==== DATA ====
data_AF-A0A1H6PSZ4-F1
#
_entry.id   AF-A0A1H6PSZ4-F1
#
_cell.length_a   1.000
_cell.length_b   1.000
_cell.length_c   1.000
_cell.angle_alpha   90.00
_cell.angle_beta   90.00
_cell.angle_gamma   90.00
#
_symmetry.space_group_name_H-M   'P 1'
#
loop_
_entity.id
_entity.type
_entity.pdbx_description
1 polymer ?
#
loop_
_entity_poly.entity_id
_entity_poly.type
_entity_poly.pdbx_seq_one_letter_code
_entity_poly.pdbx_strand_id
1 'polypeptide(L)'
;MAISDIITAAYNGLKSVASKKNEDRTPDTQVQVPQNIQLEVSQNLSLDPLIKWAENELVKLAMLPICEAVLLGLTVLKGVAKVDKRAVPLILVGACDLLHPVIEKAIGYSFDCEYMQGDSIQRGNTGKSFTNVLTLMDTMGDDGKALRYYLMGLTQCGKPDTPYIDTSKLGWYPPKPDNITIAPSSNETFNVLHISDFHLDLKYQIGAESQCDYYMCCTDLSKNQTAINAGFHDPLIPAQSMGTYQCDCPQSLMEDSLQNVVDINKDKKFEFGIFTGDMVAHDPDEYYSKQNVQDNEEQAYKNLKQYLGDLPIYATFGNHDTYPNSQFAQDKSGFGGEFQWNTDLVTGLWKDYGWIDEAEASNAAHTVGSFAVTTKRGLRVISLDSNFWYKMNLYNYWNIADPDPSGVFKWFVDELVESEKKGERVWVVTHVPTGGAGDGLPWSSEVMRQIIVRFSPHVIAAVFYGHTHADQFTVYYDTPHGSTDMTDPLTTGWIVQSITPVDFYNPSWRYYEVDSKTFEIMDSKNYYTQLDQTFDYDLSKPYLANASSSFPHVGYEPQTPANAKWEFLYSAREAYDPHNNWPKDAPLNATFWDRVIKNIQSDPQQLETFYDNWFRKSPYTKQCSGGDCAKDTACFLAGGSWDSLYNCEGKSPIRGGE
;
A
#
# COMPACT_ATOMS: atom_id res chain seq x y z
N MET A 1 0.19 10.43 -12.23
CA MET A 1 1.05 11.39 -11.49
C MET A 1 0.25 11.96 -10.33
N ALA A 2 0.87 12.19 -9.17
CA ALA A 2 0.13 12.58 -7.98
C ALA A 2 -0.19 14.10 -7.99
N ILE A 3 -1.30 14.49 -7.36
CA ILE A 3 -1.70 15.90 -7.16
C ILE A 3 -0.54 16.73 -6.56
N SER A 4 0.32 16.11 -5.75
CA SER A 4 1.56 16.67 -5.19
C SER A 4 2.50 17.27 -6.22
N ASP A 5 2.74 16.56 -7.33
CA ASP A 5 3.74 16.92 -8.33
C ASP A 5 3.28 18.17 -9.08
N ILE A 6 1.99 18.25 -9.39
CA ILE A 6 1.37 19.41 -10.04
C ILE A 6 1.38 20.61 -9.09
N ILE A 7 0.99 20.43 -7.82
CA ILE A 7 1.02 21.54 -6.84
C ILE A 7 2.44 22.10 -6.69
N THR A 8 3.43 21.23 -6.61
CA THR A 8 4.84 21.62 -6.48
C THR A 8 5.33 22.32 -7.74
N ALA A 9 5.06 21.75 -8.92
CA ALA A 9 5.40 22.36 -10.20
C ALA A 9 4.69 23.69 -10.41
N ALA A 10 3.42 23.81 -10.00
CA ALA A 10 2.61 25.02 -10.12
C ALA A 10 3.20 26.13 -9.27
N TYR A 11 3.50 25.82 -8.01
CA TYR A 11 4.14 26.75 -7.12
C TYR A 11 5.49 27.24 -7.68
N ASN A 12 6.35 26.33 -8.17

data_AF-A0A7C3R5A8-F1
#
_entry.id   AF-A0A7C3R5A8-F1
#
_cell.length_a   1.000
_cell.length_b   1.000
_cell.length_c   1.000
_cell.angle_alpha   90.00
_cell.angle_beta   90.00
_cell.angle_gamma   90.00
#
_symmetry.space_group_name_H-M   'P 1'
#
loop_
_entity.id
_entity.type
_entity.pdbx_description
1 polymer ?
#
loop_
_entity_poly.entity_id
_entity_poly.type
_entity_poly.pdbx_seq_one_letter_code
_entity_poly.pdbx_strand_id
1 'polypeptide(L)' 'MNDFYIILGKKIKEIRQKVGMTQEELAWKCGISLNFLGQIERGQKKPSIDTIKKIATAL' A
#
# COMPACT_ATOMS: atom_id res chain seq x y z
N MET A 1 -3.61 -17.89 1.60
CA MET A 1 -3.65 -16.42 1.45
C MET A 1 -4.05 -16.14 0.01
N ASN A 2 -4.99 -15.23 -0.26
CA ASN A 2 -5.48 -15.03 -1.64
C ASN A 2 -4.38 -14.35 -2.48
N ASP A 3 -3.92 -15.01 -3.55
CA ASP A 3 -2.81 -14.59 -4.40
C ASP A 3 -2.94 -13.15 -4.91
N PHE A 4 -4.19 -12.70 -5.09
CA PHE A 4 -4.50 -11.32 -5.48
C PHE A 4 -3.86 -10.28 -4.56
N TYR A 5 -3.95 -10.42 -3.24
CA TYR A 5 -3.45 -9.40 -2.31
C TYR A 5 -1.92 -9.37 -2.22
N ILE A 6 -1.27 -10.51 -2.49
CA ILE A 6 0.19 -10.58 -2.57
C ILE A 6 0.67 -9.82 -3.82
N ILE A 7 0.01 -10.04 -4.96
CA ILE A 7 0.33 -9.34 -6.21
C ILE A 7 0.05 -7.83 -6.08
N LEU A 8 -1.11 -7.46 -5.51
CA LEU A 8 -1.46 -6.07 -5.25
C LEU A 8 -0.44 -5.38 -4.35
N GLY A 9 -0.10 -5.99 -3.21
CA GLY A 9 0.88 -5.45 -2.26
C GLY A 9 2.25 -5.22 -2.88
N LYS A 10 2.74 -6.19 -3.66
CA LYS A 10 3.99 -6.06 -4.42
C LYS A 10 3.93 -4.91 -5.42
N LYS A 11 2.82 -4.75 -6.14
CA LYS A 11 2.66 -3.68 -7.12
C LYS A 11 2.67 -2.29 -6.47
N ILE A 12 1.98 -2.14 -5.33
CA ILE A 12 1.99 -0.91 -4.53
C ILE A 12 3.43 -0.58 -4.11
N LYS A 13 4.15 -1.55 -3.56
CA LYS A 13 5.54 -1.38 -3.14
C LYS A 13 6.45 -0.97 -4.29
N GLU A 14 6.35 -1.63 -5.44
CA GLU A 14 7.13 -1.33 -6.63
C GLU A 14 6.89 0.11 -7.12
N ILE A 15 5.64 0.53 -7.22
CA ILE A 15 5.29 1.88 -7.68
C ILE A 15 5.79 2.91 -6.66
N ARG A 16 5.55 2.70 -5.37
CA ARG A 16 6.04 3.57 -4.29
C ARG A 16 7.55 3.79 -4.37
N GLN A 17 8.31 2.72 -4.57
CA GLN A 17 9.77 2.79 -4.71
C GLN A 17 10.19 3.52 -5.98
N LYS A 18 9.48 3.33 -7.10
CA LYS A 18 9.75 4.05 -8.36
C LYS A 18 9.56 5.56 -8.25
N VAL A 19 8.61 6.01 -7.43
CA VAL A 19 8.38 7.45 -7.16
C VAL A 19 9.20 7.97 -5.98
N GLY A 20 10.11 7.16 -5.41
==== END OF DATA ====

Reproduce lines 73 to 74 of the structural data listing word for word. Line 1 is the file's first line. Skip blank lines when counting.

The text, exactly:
_cell.angle_beta   90.00
_cell.angle_gamma   90.00